Thursday, July 23, 2015
An interesting decision of the United States Court of Appeals for the Second Circuit concludes that document review is not the practice of law under the facts of the case.
The litigation involves a contract attorney suing Skadden Arps and Tower Legal Staffing under the Federal Labor Standards Act
Lola, a North Carolina resident, alleges that beginning in April 2012, he worked for Defendants for fifteen months in North Carolina. He conducted document review for Skadden in connection with a multi‐district litigation pending in the United States District Court for the Northern District of Ohio. Lola is an attorney licensed to practice law in California, but he is not admitted to practice law in either North Carolina or the Northern District of Ohio.
We agree with the district court that: (1) state, not federal, law informs FLSA’s definition of “practice of law;” and (2) North Carolina, as the place where Lola worked and lived, has the greatest interest in this litigation, and thus we look to North Carolina law to determine if Lola was practicing law within the meaning of FLSA. However, we disagree with the district court’s conclusion, on a motion to dismiss, that by undertaking the document review Lola allegedly was hired to conduct, Lola was necessarily “practicing law” within the meaning of North Carolina law.
The court explains
The district court erred in concluding that engaging in document review per se constitutes practicing law in North Carolina. The ethics opinion does not delve into precisely what type of document review falls within the practice of law, but does note that while “reviewing documents” may be within the practice of law, “[f]oreign assistants may not exercise independent 10 legal judgment in making decisions on behalf of a client.” N.C. State Bar Ethics 11 Committee, 2007 Formal Ethics Op. 12. The ethics opinion strongly suggests that inherent in the definition of “practice of law” in North Carolina is the exercise of at least a modicum of independent legal judgment...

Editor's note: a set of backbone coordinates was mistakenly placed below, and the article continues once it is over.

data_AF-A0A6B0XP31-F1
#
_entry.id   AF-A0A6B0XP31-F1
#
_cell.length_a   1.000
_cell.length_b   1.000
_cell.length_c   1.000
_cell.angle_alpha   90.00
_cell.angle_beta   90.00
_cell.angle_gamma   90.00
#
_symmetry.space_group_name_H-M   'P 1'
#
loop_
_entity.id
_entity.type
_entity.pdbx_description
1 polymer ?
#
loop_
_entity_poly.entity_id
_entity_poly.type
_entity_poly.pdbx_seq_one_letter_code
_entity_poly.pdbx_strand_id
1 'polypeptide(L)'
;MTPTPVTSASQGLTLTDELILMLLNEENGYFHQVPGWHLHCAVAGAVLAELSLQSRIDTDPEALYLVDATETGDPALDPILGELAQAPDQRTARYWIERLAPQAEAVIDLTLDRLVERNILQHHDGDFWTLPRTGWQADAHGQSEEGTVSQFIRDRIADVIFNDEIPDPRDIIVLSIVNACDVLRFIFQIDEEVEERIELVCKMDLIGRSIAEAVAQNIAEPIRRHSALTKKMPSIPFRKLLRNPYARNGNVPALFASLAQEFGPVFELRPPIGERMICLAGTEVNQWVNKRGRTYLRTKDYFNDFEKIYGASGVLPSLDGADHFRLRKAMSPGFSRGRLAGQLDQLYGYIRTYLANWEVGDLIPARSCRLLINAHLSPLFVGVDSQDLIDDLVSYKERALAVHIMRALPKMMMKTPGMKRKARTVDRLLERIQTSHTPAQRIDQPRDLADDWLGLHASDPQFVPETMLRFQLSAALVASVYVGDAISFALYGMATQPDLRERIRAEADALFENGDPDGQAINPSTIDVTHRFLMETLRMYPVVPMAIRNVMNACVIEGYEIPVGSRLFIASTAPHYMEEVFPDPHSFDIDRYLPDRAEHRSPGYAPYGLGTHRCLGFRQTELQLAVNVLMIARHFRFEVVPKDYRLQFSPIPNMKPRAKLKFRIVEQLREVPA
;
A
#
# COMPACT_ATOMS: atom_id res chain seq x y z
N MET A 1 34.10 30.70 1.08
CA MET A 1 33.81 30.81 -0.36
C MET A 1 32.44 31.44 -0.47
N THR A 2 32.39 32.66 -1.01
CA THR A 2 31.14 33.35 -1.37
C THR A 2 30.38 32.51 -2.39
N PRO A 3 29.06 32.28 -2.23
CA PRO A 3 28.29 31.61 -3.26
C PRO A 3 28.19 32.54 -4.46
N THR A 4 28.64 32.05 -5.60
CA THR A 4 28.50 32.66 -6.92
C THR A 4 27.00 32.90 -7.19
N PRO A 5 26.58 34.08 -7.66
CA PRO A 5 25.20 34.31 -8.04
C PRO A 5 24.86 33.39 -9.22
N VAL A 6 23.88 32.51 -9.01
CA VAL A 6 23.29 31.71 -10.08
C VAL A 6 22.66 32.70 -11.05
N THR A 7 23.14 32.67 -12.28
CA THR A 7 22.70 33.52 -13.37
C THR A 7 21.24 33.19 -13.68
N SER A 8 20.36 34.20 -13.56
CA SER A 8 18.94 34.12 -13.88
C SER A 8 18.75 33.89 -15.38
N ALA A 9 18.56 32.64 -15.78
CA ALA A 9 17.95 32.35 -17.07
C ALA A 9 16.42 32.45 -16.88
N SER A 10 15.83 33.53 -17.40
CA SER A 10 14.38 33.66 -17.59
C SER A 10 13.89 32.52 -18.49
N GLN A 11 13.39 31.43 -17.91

The gravamen of Lola’s complaint is that he performed document review under such tight constraints that he exercised no legal judgment whatsoever—he alleges that he used criteria developed by others to simply sort documents into different categories. Accepting those allegations as true, as we must on a motion to dismiss, we find that Lola adequately alleged in his complaint that he failed to exercise any legal judgment in performing his duties for Defendants. A fair reading of the complaint in the light most favorable to Lola is that he provided services that a machine could have provided. The parties themselves agreed at oral argument that an individual who, in the course of reviewing discovery documents, undertakes tasks that could otherwise be performed entirely by a machine cannot be said to engage in the practice of law.
Thanks to a faithful reader for sending this opinion. (Mike Frisch)